- Computer access, including Rush email and Internet linkage. The McCormick Educational Technology Center is accessible to housestaff, 24/7.
- Discounts on products and services. A number of local vendors offer discounts and/or services to Rush University Medical Center employees. Benefits include reduced price theatre tickets, special rates for local health and fitness centers, discounted admission for certain local and national attractions, employee rates at local hotels, and discounts for products and services, including mobile phones, car rentals and computer equipment.
- Free and confidential counseling and psychiatric support services. An employee assistance program is available to house officers and their immediate family members who experience personal problems with issues such as anxiety, depression, alcohol and drug abuse, financial and legal matters, career, marital or family and adjustment to illness.
- International services. Our Office of International Services helps residents and fellows from foreign countries make a successful transition to Chicago. The international office assists housestaff who hold nonimmigrant visa status. This office is the liaison with ECFMG for J-1 Exchange Visitors and for H-1B workers. For additional information, email Helen_Lavelle@rush.edu.
- An active Rush Housestaff Association, which meets monthly and addresses the needs of the housestaff. It provides opportunities for open communication and involvement in Medical Center affairs.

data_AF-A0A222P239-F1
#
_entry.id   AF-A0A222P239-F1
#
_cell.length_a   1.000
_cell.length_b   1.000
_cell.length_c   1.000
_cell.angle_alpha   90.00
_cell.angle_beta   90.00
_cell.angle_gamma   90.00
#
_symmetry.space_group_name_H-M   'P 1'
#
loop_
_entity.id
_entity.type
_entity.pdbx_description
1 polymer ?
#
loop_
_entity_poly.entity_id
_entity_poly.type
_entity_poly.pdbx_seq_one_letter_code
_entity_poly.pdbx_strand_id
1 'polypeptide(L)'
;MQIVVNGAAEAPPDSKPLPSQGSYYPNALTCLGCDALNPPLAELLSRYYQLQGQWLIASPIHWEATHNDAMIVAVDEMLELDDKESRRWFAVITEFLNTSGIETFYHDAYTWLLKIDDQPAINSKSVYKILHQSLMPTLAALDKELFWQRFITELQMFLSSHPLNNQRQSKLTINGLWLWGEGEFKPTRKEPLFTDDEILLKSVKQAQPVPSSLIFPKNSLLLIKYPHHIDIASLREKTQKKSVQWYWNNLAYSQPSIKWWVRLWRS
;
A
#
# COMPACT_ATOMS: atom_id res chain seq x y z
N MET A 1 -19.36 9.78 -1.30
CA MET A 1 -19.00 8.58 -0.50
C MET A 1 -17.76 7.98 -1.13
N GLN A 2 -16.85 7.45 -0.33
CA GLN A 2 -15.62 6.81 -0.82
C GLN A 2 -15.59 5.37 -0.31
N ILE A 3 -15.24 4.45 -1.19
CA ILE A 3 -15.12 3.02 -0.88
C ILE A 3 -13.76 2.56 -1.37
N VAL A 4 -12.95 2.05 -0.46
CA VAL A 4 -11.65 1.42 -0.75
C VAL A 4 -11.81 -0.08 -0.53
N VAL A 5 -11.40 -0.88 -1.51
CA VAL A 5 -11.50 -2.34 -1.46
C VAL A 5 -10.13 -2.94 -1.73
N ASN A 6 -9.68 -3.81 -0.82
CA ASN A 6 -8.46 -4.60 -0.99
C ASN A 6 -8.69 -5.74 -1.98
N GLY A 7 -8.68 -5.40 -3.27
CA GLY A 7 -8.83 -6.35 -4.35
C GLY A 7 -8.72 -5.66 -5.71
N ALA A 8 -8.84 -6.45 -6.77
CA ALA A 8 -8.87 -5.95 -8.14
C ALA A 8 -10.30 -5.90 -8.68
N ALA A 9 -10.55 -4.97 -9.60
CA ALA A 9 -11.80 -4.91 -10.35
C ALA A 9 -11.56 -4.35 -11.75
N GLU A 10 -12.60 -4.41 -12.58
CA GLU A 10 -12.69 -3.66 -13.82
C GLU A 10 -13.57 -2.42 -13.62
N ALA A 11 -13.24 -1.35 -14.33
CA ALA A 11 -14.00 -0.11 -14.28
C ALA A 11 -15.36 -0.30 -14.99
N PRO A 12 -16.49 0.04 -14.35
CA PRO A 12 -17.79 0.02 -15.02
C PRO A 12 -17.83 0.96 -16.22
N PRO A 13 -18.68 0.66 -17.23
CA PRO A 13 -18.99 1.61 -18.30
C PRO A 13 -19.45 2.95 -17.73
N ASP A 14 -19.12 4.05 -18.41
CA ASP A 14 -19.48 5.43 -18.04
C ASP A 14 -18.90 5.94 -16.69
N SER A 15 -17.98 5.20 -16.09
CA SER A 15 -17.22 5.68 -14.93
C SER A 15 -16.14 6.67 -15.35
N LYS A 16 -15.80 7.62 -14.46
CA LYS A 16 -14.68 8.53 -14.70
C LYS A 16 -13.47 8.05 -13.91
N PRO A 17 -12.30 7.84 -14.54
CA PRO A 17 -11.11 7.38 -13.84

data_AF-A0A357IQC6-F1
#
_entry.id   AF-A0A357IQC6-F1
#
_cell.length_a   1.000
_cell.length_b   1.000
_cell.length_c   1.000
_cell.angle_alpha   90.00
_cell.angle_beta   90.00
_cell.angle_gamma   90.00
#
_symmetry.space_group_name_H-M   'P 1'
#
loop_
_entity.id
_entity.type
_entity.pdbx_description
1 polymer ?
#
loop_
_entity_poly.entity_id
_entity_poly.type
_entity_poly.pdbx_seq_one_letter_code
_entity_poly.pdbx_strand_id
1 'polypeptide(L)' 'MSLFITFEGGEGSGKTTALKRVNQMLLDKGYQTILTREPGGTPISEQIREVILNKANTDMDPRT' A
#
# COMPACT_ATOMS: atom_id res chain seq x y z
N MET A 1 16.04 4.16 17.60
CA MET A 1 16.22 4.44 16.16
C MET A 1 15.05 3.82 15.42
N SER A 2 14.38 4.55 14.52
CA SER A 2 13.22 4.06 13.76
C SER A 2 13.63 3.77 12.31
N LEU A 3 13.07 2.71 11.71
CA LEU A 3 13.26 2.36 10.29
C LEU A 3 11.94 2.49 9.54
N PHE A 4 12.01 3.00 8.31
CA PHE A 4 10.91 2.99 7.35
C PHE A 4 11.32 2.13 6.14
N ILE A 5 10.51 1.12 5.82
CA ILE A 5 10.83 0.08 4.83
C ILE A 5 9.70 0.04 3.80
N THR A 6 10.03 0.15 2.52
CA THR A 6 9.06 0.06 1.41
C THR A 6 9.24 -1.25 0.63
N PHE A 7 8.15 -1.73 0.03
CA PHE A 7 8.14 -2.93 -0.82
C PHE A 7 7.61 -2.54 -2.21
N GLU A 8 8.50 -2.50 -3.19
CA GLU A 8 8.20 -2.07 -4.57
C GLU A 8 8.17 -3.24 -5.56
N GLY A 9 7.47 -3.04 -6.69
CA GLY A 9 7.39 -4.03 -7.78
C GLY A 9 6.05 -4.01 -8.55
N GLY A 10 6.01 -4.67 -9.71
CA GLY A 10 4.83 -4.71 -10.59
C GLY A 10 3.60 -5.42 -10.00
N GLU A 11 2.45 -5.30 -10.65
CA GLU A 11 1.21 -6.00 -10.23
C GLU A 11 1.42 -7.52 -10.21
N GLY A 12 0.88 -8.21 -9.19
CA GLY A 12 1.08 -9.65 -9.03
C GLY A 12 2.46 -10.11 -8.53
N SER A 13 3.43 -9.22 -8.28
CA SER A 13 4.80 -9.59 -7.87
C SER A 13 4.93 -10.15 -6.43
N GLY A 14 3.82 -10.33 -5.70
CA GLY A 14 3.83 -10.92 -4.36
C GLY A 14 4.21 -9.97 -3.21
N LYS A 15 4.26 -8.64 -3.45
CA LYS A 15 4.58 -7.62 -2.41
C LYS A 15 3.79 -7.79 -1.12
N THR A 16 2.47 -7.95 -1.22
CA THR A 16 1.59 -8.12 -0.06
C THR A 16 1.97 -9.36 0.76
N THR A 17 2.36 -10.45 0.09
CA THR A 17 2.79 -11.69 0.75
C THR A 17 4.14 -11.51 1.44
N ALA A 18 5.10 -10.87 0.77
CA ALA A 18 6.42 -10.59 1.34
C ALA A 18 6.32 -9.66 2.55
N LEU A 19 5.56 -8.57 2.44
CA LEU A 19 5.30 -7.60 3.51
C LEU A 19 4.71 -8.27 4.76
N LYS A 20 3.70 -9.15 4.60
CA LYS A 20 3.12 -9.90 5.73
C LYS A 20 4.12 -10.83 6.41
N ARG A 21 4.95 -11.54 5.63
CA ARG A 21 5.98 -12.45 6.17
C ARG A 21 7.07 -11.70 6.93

Ophthalmology Residency Benefits
- The Department of Ophthalmology has established a series of additional benefits that enhance the residency experience.
- The American Academy of Ophthalmology Basic and Clinical Science Course, a 13-volume set, is given to first-year residents.
- A yearly travel allowance of $1200 is provided to each resident for attendance at a national ophthalmology meeting.
- An additional travel allowance of $1200 per year is available to any resident presenting a paper at a national meeting, e.g. ARVO.
- Each year, two senior residents may attend the American Academy of Ophthalmology Annual Meeting at the department's expense.
- The department will also cover fees for each resident to attend the weekly Chicago Curriculum in Ophthalmology lecture series and the monthly meetings of the Chicago Ophthalmological Society.
Rush is a great place to be an ophthalmologist. It is an even better place to train!
Afua Annor, MD
Rachel Epstein, MD
Brian Herst, MD
Tanya Spektor, MD
Alex Grigalunas, MD
Jill Zaveri, MD